CNU Salons

Too Much Open Space An Interesting Paper

Prof. Robert Ellickson of Yale Law School has an interesting paper up on the Social Science Research Network (SSRN) website.  He critciizes widespread popular support for open space, pointing out that too much open space reduces population density and thus accelerates sprawl and reduces housing supply. 

Why Buses Are Inferior

Critics of rail often argue that buses are superior; they are cheaper, more flexible and (sometimes) run almost as fast.  But in a recent blog post, Houston planning student Maggie Colson explains why trains are better than buses, even if the train isn't much faster:

Reading Le Corbusier in 2015

I just finished reading Concerning Town Planning, a short book of essays by Le Corbusier.  Before reading this, all I knew about him was a few key phrases: "Radiant City" and "towers in a park."  And Le Corbusier did indeed like high-rises surrounded by greenery. 

Downtowns are Booming (Sometimes)

The University of Virginia just created a set of tables based on recent Census data.  These tables measure the affluence, age, etc.

Rich Foreigners Like Suburbs, Too

One common argument against new construction (especially high-rise construction) in cities is that rich foreigners will soak up any new housing supply.  This argument is of course based on the assumption that urban high-rises, and only urban high-rises, are irresistible to rich foreigners.  But an article in

Don't Blame the Koch Brothers (for Low Gas Taxes)

After a variety of conservative groups (including some funded by the Koch brothers) sent a letter to Congress opposing gas tax increases, the liberal and urbanist blogospheres were chock full of stories like this one, complaining that Congress can't reach a transportation deal because (in the words of  "of the right-wing and Koch network’s coor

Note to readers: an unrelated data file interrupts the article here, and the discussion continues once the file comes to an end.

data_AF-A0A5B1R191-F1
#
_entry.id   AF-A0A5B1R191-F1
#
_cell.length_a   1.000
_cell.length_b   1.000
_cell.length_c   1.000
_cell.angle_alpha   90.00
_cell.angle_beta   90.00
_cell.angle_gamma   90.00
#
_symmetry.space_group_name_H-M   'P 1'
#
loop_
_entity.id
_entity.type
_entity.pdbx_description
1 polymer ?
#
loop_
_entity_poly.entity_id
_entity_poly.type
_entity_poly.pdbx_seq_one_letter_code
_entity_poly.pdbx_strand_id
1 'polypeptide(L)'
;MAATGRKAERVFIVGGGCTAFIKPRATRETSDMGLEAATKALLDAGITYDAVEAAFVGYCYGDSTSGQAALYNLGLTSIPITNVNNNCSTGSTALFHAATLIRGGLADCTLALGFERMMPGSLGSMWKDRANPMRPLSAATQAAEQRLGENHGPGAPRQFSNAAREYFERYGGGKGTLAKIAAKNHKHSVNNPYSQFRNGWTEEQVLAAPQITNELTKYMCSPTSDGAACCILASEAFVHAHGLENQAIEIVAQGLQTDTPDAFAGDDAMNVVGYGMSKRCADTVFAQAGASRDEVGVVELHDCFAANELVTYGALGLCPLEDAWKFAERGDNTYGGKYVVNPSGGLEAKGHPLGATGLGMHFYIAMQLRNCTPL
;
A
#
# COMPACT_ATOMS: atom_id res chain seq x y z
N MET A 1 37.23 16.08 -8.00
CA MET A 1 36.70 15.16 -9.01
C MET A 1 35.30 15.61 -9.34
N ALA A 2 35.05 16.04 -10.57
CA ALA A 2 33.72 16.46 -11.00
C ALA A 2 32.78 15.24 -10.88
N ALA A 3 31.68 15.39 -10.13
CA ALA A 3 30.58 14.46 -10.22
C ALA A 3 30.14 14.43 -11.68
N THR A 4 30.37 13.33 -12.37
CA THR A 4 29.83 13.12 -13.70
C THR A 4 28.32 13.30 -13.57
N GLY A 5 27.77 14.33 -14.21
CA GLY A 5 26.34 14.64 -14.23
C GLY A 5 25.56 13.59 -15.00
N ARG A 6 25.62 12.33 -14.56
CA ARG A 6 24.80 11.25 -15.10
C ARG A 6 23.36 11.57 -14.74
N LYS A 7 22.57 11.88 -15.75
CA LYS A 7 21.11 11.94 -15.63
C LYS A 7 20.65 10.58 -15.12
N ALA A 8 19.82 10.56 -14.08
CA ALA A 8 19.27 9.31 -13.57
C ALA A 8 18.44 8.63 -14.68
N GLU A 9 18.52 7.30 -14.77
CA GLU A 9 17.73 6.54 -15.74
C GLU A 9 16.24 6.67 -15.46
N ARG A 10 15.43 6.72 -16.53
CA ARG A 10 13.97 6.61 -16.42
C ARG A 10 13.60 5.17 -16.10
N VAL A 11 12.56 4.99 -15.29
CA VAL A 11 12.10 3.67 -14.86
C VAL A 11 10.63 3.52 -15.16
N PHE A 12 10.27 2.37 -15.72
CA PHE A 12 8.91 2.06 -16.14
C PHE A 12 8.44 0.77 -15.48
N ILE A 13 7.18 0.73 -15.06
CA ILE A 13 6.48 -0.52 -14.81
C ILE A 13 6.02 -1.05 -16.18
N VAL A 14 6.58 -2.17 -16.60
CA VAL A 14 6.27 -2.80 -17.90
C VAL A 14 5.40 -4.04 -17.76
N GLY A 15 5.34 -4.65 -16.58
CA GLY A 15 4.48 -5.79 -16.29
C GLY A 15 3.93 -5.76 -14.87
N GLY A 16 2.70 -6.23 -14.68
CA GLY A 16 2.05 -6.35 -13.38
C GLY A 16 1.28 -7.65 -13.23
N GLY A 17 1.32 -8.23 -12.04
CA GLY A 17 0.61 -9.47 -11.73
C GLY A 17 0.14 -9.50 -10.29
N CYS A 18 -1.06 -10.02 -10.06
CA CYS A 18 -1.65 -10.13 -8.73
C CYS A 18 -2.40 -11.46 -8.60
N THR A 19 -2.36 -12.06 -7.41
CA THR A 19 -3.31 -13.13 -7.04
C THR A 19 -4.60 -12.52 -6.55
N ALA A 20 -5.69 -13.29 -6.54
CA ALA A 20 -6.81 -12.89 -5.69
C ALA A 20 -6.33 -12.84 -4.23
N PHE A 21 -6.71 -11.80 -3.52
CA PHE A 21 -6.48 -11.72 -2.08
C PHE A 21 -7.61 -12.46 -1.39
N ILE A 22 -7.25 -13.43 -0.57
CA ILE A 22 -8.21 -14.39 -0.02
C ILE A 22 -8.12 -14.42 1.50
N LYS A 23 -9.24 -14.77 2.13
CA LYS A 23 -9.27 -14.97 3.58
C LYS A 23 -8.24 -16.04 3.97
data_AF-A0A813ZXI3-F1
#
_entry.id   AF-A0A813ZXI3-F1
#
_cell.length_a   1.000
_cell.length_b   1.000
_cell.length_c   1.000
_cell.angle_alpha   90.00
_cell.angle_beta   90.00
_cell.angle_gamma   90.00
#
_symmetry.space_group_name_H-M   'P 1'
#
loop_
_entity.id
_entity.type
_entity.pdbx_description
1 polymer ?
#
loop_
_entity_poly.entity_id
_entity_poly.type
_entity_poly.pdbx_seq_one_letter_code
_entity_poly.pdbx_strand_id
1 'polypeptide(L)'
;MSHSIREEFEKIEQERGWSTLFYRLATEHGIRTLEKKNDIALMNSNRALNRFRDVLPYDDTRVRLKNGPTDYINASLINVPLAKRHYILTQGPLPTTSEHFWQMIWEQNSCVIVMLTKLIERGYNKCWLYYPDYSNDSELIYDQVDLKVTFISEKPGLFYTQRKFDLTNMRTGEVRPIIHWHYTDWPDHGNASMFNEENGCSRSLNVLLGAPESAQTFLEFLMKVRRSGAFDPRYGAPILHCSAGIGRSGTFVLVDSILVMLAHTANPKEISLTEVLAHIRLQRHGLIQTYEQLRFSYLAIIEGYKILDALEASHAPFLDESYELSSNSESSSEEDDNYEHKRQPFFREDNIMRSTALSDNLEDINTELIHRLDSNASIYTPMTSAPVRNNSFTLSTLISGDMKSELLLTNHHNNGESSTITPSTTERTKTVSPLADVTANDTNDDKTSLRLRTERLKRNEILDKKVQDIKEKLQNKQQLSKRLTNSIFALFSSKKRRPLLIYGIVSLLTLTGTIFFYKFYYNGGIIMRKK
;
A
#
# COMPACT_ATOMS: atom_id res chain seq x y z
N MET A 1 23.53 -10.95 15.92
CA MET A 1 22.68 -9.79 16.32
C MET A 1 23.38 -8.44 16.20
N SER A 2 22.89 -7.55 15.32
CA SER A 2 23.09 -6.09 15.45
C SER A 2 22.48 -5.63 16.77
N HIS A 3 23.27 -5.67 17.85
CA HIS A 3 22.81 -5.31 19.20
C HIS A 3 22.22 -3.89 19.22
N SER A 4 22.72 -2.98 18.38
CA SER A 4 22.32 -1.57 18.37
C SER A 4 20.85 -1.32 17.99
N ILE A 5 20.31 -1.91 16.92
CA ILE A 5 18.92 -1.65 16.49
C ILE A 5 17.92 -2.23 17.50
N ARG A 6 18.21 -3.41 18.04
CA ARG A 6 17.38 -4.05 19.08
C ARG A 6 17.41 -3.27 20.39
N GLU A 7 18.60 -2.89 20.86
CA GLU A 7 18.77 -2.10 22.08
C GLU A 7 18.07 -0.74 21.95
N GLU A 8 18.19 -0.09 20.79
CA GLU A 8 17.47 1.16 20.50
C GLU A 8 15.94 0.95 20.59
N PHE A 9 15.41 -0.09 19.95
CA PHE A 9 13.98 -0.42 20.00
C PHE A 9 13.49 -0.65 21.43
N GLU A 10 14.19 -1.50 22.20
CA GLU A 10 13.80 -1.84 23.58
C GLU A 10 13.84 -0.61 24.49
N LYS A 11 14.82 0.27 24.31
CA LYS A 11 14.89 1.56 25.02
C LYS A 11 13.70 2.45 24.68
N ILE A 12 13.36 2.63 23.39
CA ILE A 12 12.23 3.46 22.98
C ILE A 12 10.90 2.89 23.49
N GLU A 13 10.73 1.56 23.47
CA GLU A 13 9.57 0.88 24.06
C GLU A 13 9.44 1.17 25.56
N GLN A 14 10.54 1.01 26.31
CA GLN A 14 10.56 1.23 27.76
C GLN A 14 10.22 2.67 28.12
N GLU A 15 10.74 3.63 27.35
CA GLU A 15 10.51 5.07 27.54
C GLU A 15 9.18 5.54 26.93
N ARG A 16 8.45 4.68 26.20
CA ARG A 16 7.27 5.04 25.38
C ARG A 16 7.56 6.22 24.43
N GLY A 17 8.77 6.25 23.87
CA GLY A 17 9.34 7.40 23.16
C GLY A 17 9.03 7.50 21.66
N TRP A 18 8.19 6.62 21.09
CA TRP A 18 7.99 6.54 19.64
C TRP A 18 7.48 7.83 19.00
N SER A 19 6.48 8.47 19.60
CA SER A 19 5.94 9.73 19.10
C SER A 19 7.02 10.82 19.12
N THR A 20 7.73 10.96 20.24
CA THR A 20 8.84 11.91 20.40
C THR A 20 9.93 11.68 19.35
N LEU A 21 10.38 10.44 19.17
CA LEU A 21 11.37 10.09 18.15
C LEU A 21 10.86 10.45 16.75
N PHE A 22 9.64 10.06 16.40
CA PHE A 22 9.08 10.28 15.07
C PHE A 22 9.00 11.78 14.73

More Evidence that Urbanists Should Support School Choice

A recent article , "School Choice Programs: The Impacts on Housing Values" reviews literature relating to the impact of charter schools and various types of school choice programs on housing values.

Do Tall Buildings Attact Foreigners?

I was discussing Washington, D.C.'s height limits with some acquaintances on Twitter; one of them suggested that allowing taller buildings might turn Washington into a "global city", which in turn would cause foreigners to surge into Washington and drive up real estate prices (as has arguably been the case in parts of Vancouver and New York).

This argument seems to be to be based on two assumptions that are at best unprovable:

From The Department of Worst Practices: Two-lane stroads

One phrase that has become common in transportation planning circles is "stroad"- a street that is oriented towards cars (like a major road) but is full of intersections (like a traditional, more pedestrian-oriented street) and thus doesn't function well as either a street or a road.  When I think of a stroad, I think of six-to-eight lane streets like San Jose Boulevard in Jacksonville, or Queens Boulevard in Queens.

Best Practices In Publicizing Data : Pittsburgh Shows How

It is fairly common for city planning departments to publish demographic data about city neighborhoods - usually containing basic demographic information such as age, income and poverty.  But Pittsburgh's planning department has created an unusually impressive set of data tables.  It has created a set of six online spreadsheets (available at